Tuesday, September 18, 2012

Shinji in Rebuild: You Can't Improve on Imperfection

After experiencing nerd-rage for myself, I've figured out the obvious: it's no shame to feel it, just a shame to be obnoxious about it. Having an issue with changes made to media by the creators isn't petty by itself; you just don't have to overreact.

In one case, though, I've let fan reaction amplify what should otherwise be a very low-level issue. Unlike a lot of anime fans, I wasn't that impressed with the first two Rebuild of Evangelion movies, the proposed four-film retelling of the popular anime series Neon Genesis Evangelion. This came from a combination of finding them choppy, and, yes, my attachment to the previous anime. I don't expect a truncated movie adaptation to deliver absolutely everything that made me fall in love with the longer series, but I want to feel at least something of what I did for the original series. No dice.

Of particular interest was the portrayal of the protagonist, Shinji Ikari. Though at one time it seemed that nearly every anime fan hated him, he's become one of my favourite fictional characters ever, with the only thing still bothering me being that one incident in the beginning of End of Evangelion.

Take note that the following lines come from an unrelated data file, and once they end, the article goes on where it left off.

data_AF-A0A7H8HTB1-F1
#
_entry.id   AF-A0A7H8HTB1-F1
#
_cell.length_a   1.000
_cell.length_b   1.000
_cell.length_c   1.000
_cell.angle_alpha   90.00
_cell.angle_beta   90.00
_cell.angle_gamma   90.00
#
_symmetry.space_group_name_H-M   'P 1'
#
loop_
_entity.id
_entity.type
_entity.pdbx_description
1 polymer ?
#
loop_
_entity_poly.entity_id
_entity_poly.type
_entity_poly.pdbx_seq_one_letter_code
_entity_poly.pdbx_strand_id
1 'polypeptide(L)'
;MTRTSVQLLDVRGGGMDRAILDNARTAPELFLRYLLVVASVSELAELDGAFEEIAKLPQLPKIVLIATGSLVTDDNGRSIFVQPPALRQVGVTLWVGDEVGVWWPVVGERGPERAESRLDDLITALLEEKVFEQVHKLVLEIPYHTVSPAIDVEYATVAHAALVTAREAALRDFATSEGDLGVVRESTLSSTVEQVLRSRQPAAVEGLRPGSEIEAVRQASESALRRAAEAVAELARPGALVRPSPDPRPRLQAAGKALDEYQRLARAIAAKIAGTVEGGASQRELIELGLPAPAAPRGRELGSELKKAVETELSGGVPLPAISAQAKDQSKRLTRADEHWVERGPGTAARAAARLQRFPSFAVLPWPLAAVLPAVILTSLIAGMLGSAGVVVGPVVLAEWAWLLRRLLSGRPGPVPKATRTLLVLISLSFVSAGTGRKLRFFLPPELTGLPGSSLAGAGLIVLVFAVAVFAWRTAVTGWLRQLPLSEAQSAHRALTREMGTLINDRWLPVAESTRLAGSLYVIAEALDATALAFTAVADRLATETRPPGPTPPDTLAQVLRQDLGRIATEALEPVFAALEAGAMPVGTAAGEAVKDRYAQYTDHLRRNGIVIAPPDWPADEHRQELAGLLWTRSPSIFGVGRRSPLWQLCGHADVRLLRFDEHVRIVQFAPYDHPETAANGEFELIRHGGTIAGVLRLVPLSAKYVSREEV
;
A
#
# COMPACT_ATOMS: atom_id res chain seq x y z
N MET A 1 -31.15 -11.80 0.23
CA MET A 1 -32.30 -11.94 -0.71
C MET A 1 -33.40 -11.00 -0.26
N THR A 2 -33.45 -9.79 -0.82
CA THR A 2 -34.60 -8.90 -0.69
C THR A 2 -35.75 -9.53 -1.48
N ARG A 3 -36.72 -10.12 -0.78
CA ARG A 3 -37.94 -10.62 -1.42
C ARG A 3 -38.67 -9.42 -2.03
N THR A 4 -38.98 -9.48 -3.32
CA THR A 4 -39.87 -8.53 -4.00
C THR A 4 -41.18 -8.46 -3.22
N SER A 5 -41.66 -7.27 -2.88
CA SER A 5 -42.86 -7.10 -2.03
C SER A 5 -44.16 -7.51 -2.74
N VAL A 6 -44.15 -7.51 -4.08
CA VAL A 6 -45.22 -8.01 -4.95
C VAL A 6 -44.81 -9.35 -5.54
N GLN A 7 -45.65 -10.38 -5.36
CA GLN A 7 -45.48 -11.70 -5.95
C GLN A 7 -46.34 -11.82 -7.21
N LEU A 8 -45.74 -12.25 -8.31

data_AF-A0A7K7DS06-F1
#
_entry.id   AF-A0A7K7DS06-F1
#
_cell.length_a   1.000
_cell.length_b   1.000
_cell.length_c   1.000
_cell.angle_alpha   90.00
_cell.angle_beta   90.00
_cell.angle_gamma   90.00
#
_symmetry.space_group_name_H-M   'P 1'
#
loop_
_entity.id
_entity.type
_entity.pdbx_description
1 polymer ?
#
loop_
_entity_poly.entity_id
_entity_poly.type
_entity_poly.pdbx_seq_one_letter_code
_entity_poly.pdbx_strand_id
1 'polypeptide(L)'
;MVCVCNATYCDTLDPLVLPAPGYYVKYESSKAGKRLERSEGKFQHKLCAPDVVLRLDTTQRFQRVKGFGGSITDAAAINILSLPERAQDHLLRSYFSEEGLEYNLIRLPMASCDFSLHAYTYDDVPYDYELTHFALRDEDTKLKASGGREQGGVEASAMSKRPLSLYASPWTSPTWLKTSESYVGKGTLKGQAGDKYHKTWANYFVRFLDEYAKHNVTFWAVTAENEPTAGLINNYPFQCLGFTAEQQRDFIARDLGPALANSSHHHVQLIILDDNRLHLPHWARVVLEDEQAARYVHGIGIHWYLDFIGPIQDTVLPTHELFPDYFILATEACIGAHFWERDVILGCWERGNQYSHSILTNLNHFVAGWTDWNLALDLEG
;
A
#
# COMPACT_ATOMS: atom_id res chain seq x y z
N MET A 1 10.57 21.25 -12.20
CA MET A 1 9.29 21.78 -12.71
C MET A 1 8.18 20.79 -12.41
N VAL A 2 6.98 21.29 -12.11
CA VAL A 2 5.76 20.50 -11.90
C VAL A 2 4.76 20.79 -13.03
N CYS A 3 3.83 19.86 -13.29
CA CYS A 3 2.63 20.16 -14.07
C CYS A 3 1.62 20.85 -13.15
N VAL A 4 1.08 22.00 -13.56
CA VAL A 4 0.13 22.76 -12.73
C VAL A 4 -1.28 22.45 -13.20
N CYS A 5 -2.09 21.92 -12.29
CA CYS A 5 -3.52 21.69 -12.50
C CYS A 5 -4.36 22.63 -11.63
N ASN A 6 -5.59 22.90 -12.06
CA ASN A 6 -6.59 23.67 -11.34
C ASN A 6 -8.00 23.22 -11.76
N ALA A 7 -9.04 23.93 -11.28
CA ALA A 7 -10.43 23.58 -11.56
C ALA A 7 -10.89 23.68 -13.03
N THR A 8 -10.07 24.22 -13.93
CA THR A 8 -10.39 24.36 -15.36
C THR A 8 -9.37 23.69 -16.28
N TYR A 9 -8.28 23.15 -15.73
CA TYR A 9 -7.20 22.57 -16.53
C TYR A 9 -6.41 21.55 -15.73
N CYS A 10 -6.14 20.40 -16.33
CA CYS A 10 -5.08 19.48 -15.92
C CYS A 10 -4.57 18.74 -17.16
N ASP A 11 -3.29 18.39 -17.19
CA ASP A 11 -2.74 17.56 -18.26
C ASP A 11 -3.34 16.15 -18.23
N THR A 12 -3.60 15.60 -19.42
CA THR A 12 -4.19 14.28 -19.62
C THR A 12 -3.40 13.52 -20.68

However, it was a wee bit disturbing that when the first Rebuild movie, You Are (Not) Alone came out in North America, I found Shinji to be very, very, annoying there, twitching my way through the film. I went back and watched the TV series, and all was right with the world. In this case, I didn't feel the urge to hunt down and kill the film just because it presented a different version of Shinji, especially since I couldn't understand what made him unlikable there. In the case of the second movie, I just found him dull. I could forget it, and move on.

However, a lot of people started saying that You Are (Not) Alone wrote Shinji better than the TV series, using that all-important phrasing, "more realistically". By the time of the second film, You Can (Not) Advance, others had added that Shinji was now a "manly" mecha warrior, because he had made an explicit effort to try to rescue another character. Shinji was taking control of his world, moving beyond his despair to achieve the payoff the audience wanted all along.

This managed to turn my opinion of Rebuild from neutral, to just kind of...having more knee-jerk negative feelings associated with it, because much of what they said was completely the opposite of what I felt.

Saying Rebuild Shinji is "more realistic" was totally baffling, because a great strength of Shinji's original character was his extreme realism, the raw portrayal of emotional breakdown.
The conflict, however, might come from differing views of "realism": In my case, "realism" meant Shinji's characterization showed an aspect of reality in a brutally accurate fashion: the ways that despair and loss can destroy a person inside, so that they don't act the way most believe a hero in popular fiction should.

On the other hand, "realism" can also mean restrained depictions, obedience to the conventional laws of fiction while keeping immersion. If we're going with the second definition, then, I suppose, Shinji in Rebuild is the more realistic version, but that's not what I think realism is. Shinji's portrayal in Rebuild just lacks the teeth.